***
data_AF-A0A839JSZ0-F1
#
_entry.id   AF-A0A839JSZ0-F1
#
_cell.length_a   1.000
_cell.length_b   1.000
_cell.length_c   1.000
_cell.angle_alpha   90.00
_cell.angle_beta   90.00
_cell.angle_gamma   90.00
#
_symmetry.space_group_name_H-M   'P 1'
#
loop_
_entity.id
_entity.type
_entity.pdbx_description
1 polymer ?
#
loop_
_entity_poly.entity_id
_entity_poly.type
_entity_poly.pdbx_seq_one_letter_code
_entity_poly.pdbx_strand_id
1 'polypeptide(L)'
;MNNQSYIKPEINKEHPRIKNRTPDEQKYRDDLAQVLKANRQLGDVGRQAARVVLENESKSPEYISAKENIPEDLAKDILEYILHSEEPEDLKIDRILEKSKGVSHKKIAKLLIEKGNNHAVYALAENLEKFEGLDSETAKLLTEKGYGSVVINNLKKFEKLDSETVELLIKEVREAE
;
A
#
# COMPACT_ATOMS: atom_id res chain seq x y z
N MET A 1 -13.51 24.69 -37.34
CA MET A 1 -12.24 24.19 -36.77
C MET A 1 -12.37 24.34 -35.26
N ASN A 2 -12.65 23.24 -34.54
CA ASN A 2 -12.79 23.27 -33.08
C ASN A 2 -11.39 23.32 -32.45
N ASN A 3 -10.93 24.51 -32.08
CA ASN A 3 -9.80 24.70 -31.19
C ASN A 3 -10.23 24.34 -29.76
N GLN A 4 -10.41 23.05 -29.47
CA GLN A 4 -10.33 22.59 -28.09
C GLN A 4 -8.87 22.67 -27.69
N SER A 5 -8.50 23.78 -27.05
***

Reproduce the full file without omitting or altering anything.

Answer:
data_AF-A0A839JSZ0-F1
#
_entry.id   AF-A0A839JSZ0-F1
#
_cell.length_a   1.000
_cell.length_b   1.000
_cell.length_c   1.000
_cell.angle_alpha   90.00
_cell.angle_beta   90.00
_cell.angle_gamma   90.00
#
_symmetry.space_group_name_H-M   'P 1'
#
loop_
_entity.id
_entity.type
_entity.pdbx_description
1 polymer ?
#
loop_
_entity_poly.entity_id
_entity_poly.type
_entity_poly.pdbx_seq_one_letter_code
_entity_poly.pdbx_strand_id
1 'polypeptide(L)'
;MNNQSYIKPEINKEHPRIKNRTPDEQKYRDDLAQVLKANRQLGDVGRQAARVVLENESKSPEYISAKENIPEDLAKDILEYILHSEEPEDLKIDRILEKSKGVSHKKIAKLLIEKGNNHAVYALAENLEKFEGLDSETAKLLTEKGYGSVVINNLKKFEKLDSETVELLIKEVREAE
;
A
#
# COMPACT_ATOMS: atom_id res chain seq x y z
N MET A 1 -13.51 24.69 -37.34
CA MET A 1 -12.24 24.19 -36.77
C MET A 1 -12.37 24.34 -35.26
N ASN A 2 -12.65 23.24 -34.54
CA ASN A 2 -12.79 23.27 -33.08
C ASN A 2 -11.39 23.32 -32.45
N ASN A 3 -10.93 24.51 -32.08
CA ASN A 3 -9.80 24.70 -31.19
C ASN A 3 -10.23 24.34 -29.76
N GLN A 4 -10.41 23.05 -29.47
CA GLN A 4 -10.33 22.59 -28.09
C GLN A 4 -8.87 22.67 -27.69
N SER A 5 -8.50 23.78 -27.05